Configuring Software iSCSI multipathing on ESXi 4.1
Recently I had cause to configure iSCSI multipathing on a test ESXi server. The production environment servers use iSCSI HBAs to connect to the back end storage, so multipathing them is a straight-forward setup.
It’s good practice to separate VMotion, virtual machine and iSCSI traffic, it also helps you manage those logical and physical connections.
Connect to your ESXi server using the vSphere Client and select the host. Go to the configuration tab and click “Add Networking…”. Select a new VMKernel connection type.
Create a new virtual switch, but at this point don’t assign any network adaptors.
Create a new Port Group. If you are planning to use Jumbo Frames, you can’t use this Port Group – to specify a larger MTU you have to create the Port Group using the command line interface. If you aren’t using Jumbo Frames for whatever reason, you can go with the standard wizard-created Port Group.
Set the IP address for the VMKernel – this address needs to be on the same network as the iSCSI SAN because the iSCSI protocol does not like to be routed.
Click through the summary page and your new vSwitch and VMkernel is created
If you’re using Jumbo Frames, you need to delete the newly created Port Group, so open the vSwitch properties and Remove it
You should now have an empty vSwitch
Open up your command line interface – this is either a vMA instance, or if you have enabled SSH on the ESXi server, then the SSH terminal. Log in as a user with permission to sudo. I am using SSH.
Just like on a physical switch, the vSwitch needs to be told to allow Jumbo Frames by setting the MTU to 9000.
esxcfg-vswitch --MTU=9000 vSwitch4
Next we can add the Port Groups. iSCSI multipathing requires one for each pNIC we are planning to utilise. To add the new Port Groups, use the following commands:
esxcfg-vswitch --add-pg=iSCSI1 vSwitch4 esxcfg-vswitch --add-pg=iSCSI2 vSwitch4
If you need to specify the VLAN for the iSCSI traffic, use the following commands:
esxcfg-vswitch --vlan=105 --pg=iSCSI1 esxcfg-vswitch --vlan=105 --pg=iSCSI2
Now we need to add a VMKernel IP address per pNIC we are using to the Port Group on the iSCSI network. Make sure you use the next number in the vmk sequence, e.g. if you already have vmk0, vmk1 and vmk2 configured, create the next one as vmk3. To see your currently configured VMKernel ports, use esxcfg-vmknic –l.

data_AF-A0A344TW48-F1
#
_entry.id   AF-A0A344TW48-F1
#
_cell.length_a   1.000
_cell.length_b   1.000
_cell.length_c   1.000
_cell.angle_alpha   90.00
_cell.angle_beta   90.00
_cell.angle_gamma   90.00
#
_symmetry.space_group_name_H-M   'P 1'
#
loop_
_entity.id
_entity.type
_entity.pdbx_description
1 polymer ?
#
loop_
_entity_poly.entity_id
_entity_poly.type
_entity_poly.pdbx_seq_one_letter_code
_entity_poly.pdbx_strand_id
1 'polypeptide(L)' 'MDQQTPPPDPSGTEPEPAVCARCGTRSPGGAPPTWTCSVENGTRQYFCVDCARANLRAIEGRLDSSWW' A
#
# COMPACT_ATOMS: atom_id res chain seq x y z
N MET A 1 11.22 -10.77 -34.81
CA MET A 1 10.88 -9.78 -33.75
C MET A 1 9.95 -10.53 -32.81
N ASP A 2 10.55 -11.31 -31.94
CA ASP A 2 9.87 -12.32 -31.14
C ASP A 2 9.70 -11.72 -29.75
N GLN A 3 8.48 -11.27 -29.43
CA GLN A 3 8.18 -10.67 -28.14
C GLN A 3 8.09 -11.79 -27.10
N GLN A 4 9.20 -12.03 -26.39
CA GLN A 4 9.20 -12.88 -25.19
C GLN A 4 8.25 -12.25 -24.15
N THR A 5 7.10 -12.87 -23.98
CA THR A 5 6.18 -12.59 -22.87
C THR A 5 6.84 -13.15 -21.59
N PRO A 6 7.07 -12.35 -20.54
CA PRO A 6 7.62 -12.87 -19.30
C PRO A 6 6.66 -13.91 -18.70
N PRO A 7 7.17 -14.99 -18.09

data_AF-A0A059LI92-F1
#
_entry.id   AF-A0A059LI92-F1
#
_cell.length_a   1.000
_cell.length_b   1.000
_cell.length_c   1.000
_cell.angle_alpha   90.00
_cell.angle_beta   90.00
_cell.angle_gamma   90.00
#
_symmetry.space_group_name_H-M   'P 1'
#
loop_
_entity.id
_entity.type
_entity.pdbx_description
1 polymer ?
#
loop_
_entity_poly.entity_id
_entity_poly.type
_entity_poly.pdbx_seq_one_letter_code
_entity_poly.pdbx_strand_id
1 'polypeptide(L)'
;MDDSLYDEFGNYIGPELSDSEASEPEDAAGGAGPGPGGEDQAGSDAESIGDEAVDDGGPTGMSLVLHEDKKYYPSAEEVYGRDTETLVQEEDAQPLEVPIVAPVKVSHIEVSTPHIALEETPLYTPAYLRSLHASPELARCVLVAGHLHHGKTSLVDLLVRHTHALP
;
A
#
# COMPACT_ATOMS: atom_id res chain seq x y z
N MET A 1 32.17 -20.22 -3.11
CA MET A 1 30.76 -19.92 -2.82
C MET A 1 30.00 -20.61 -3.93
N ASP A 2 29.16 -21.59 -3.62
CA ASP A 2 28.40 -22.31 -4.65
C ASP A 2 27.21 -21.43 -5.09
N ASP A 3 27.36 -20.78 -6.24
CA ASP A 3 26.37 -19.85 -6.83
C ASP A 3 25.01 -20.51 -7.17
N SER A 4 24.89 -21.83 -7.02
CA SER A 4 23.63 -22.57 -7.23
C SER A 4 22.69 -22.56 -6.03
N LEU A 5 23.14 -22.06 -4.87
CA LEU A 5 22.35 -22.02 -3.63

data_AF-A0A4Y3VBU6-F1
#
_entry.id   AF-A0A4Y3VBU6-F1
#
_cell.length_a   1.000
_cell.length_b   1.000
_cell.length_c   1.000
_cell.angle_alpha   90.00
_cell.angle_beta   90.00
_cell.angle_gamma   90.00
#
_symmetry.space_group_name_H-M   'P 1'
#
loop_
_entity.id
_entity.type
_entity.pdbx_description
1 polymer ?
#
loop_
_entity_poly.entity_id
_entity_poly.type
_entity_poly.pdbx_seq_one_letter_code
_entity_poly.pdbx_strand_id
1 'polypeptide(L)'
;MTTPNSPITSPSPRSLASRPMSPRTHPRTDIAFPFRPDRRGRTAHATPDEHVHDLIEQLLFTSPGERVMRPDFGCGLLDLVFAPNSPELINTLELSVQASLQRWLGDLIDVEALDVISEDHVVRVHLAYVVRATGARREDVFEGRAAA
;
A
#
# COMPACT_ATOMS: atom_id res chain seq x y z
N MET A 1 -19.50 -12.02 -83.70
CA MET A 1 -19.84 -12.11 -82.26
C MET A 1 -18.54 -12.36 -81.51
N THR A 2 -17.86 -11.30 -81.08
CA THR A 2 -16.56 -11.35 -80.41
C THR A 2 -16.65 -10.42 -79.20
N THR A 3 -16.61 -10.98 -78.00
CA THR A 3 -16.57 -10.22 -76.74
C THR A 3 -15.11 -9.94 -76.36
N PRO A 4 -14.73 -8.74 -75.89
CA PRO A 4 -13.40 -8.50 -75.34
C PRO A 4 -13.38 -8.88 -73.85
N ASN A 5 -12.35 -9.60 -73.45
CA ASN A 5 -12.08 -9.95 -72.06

esxcfg-vmknic --add vmk3 --ip 10.20.200.100 --netmask 255.255.255.0 ↓ --portgroup iSCSI1 --mtu=9000 esxcfg-vmknic --add vmk4 --ip 10.20.200.101 --netmask 255.255.255.0 ↓ --portgroup iSCSI2 --mtu=9000
If you switch to the vSphere Client and refresh, you should see the new config
Now we need to add the physical adaptors to the virtual switch. What we don’t want to do is add two pNICs to the iSCSI kernel, it doesn’t like this one bit! Open the properties for the vSwitch and go to the Network Adaptors tab. Click add, and select the pNICs you are going to use, and, this is important, set one pNIC to Active and the rest to Standby.
Now go to the iSCSI1 Port Group under the Ports tab and Edit the configuration – override the Failover order and set one pNIC to active, and the other to Unused. This gives you a one-to-one mapping from the Port Group to the pNIC. Edit the second iSCSI Port Group and map the second pNIC to active and the first to unused.
Obviously if you’re using more network adaptors you have more port groups and map them one-to-one. Switch back to the SSH session and bind the VMKernels to the Software HBA. You need to check the name of the Software iSCSI HBA from the Storage Adaptors
Add the vmk ports you created earlier
esxcli swiscsi nic add -n vmk3 -d vmhba34 esxcli swiscsi nic add -n vmk4 -d vmhba34
Add your iSCSI targets in the normal way, rescan the software adaptor to pick up all the paths. Modify each LUN to use Round Robin path selection.
You can verify both paths are being used using ESXTOP to in the SSH session and pressing “n” for network.
iSCSI SAN Configuration Guide – http://www.vmware.com/pdf/vsphere4/r40/vsp_40_iscsi_san_cfg.pdf
Troubleshooting Software iSCSI on ESXi – http://kb.vmware.com/selfservice/microsites/search.do?language=en_US&cmd=displayKC&externalId=1008083